Dunlap played for legendary coach Tom Osborne, who directed the University of Nebraska to three national championships, 25 straight bowl game appearances and 13 conference championships. Dunlap was in the Nebraska program as a quarterback from 1986 to 1990.
He was the freshman team quarterback and punter in 1986.
After a redshirt year in 1987, Dunlap was with the Cornhuskers as a quarterback and placeholder in 1988, 1989 and 1990, earning letters each year.
He was the recipient of the Tom Osborne graduate scholarship.
Dunlap went to the following bowl games at Nebraska:
* 1988 Fiesta Bowl vs. Florida State.
* 1989 Orange Bowl (Big 8 Conference champs) vs. University of Miami.
* 1990 Fiesta Bowl vs. Florida State.
* 1991 Citrus Bowl vs. Georgia Tech.
Dunlap said it was a great honor to play for Osborne, his position coach. Osborne was Nebraska’s head coach for 25 years.
“As I moved on through my career, (Osborne) knew I wanted to coach. And so I kind of started taking that angle in my approach to football, because at that point, I knew I was probably not ever going to be the starter there. He knew that and we had discussions about that. I had my role on the team on what I was doing. I started taking my approach in the team meetings of (analyzing) why we were doing certain things, how were doing certain things. Obviously, my mind would never work like his. He was a genius, just the way he called plays and could set things up and work with his staff,” he said.
“I learned a lot about how to present yourself and the demeanor you used. He didn’t raise his voice very often. I kind of picked up on those traits. You knew when Coach Osborne was upset. You could hear a pin drop when he was upset, but he did it in an eloquent way that we all understood.
“I was extremely privileged to be mentored under him. I loved it at Nebraska and I would never have changed that for the world.”
There is so much that Dunlap took from the experience of playing at Nebraska.
“I think it taught us a lot. I think it taught us how to handle ourselves as we moved on through life. We’ve all been hit with a lot of misfortunes or things that don’t go correctly in life. I think the experience of playing football and playing any sport kind of helps you cope with challenges that you do face throughout life,” he said.
Dunlap graduated from Nebraska in 1991 with degrees in health and kinesiology.
Napa High years
Dunlap took over as head coach in 1997 and led Napa to MEL titles during his last four years as head coach, 2002 to 2005.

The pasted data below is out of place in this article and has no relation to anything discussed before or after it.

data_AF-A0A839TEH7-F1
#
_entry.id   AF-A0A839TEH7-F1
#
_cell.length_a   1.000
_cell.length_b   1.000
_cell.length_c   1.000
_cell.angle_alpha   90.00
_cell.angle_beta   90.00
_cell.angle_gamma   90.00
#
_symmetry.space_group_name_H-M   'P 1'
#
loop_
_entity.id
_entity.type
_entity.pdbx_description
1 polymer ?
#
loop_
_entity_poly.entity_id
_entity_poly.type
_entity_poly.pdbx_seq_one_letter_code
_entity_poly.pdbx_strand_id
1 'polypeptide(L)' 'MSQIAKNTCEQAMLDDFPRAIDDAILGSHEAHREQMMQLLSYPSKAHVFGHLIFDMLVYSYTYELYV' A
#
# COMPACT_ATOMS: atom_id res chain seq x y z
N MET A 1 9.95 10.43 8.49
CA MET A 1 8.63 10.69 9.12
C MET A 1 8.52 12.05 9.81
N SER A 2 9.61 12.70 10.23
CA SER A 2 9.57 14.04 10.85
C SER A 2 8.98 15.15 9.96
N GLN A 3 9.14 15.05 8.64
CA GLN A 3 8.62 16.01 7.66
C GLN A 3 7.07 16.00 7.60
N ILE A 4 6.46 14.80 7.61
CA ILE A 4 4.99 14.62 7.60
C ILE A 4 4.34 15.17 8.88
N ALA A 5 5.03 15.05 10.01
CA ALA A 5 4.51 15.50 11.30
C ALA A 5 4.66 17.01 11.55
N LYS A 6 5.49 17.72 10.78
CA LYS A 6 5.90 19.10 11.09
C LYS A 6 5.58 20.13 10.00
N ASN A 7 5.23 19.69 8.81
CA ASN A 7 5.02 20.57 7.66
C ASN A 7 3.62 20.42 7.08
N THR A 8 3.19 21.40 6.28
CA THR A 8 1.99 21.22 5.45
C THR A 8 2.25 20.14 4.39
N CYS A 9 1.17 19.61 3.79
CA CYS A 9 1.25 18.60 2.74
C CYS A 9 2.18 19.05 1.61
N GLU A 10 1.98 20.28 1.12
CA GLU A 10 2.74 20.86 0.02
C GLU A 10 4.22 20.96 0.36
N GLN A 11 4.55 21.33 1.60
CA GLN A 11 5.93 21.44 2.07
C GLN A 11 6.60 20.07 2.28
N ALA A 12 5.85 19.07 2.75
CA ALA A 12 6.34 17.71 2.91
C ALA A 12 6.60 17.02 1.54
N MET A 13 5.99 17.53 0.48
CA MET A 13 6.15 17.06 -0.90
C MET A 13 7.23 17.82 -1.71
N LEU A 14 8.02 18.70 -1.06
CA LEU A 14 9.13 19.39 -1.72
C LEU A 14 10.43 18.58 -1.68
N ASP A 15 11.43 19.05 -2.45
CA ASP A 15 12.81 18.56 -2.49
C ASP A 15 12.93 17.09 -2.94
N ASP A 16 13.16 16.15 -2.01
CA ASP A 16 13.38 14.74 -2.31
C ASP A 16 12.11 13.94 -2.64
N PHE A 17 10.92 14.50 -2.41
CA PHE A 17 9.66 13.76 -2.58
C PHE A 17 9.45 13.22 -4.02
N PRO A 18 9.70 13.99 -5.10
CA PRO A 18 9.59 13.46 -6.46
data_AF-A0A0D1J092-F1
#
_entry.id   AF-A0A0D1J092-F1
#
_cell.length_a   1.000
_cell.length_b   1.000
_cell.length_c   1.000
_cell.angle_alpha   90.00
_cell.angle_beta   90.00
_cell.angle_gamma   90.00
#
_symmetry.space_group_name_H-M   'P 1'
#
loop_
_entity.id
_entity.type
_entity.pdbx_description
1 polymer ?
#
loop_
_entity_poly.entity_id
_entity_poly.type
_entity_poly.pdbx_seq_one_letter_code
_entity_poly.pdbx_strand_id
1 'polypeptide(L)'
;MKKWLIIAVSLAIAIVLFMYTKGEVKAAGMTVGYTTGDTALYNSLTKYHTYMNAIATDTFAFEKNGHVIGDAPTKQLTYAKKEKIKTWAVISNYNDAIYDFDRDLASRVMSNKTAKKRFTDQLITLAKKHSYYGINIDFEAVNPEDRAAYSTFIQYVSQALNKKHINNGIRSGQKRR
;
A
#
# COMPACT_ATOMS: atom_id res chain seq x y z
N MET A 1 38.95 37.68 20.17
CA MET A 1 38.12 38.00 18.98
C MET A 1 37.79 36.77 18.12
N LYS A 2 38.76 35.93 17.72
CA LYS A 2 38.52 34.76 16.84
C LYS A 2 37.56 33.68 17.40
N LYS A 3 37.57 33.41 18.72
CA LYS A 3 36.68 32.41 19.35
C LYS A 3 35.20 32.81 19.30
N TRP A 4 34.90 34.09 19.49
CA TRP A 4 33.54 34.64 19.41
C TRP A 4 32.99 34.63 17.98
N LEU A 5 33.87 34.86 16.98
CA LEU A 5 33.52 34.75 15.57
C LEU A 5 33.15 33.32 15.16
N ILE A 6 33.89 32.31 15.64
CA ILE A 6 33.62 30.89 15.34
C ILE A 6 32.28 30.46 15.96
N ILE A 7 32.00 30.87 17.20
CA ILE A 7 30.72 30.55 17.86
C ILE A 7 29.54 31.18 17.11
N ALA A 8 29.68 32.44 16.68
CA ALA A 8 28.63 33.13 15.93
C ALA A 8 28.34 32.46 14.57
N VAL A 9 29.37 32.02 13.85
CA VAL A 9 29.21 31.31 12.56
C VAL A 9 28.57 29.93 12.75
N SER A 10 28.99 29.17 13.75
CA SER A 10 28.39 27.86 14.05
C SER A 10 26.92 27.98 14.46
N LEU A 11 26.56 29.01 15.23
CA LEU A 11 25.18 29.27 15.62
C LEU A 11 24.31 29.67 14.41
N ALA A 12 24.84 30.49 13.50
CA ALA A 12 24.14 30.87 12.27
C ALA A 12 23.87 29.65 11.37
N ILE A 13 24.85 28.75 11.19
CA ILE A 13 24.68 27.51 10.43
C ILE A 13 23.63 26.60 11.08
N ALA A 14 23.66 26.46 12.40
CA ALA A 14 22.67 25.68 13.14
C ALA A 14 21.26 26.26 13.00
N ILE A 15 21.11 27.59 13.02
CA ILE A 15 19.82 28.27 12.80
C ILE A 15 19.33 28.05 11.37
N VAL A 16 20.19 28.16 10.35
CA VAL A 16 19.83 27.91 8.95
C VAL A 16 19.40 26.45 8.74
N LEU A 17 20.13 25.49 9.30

Blanton, Connor and Gibson each played for Dunlap.
He was Napa’ junior varsity head coach from 1994 to 1996.
He was a varsity assistant coach from 2006 to 2015.
“We were fortunate to have excellent coaches on our staff. Not only were most of them excellent coaches, we had a lot of teachers on our campus and we felt that was a big part of the success that we started to gain at Napa High School. We were fortunate that we had an administration that understood the importance of hiring,” he said.
“Our program was extremely fortunate to have an incredible coaching staff that got stronger and stronger through the years. We were fortunate to have an incredible administration on our campus that supported us.
“We had a group of student athletes that were dedicated to what we were doing on the field. They became very committed to what we were offering in the weight room. And we felt that was a big part of gaining success within the conference. Our student athletes did extremely well in the classroom.”
Learning from his father
There is so much that Dunlap learned about teaching, coaching and athletic administration from his father, Jerry Dunlap, who was the athletic director, dean of physical education, head wrestling coach and assistant football coach at Ventura College. He was at Ventura College for 38 years.
Jerry’s father passed away on Sept. 30, 2020 in Omaha, Neb. He was 79.
Jerry helped his dad out, including working in the football program and filming basketball games.
“I got to be around athletics since I was basically an infant,” said Dunlap. “He was my ultimate influence. I went to work with him nearly every day when I wasn’t in school.
“Looking back, he never pressured me to even play in athletics. He supported me in anything that I was doing. I didn’t play football until high school. I played a lot of soccer, played a lot of basketball, ran track, skateboarded, attempted surfing for a little while.
“He had me at the college with him at all times. I looked up to him. I thought he had the greatest job in the world. I aspired to do that one day. I didn’t know if I’d ever get that opportunity. I take a lot with me every day when I go to work, to what he did in this role. He was a great role model for me, but also a great friend and a great father.”
Jerry’s father was president of the California Community College Athletic Director’s Association in 1980-81. He was president of the Western States Conference, from 1975 to 1989.
He was a four-sport athlete (football, baseball, track and field, tennis) at University of Nebraska-Kearney.
Leading NVC Athletics
Dunlap has been the Associate Dean of Kinesiology, Health and Dance and the Athletic Director at Napa Valley College since 2016.
He oversees the athletic department. NVC teams play in the Bay Valley Conference. The men’s and women’s golf teams are in the Big 8 Conference.
“We have an incredible staff here within the department, with so many dedicated individuals that put time in, day and night,” he said.
“We’re here for the students. We will drop what we’re doing, if a student walks in and needs help,” he said.
Jerry Dunlap and his wife, Katy Dunlap, make their home in Napa with their daughter, Lauren, 17.
Katy is the principal at Terra Linda High School.
Lauren is a senior at Santa Catalina School in Monterey.
The Hall of Fame’s website is napahighhof.org.
This story ran in the Napa Valley Register on February 27, 2022. It was written by fellow inductee Marty James. Marty James is a freelance writer who makes his home in Napa. He retired on June 4, 2019 after spending 40 years as a sports writer, sports editor and executive sports editor for the Napa Valley Register, a daily newspaper in Napa County. He is a 1979 graduate of Sacramento State and a member of the California Golf Writers & Broadcasters Association. He was inducted into the CIF Sac-Joaquin Section Hall of Fame in 2016 and the Vintage High School Athletic Hall of Fame in September of 2019.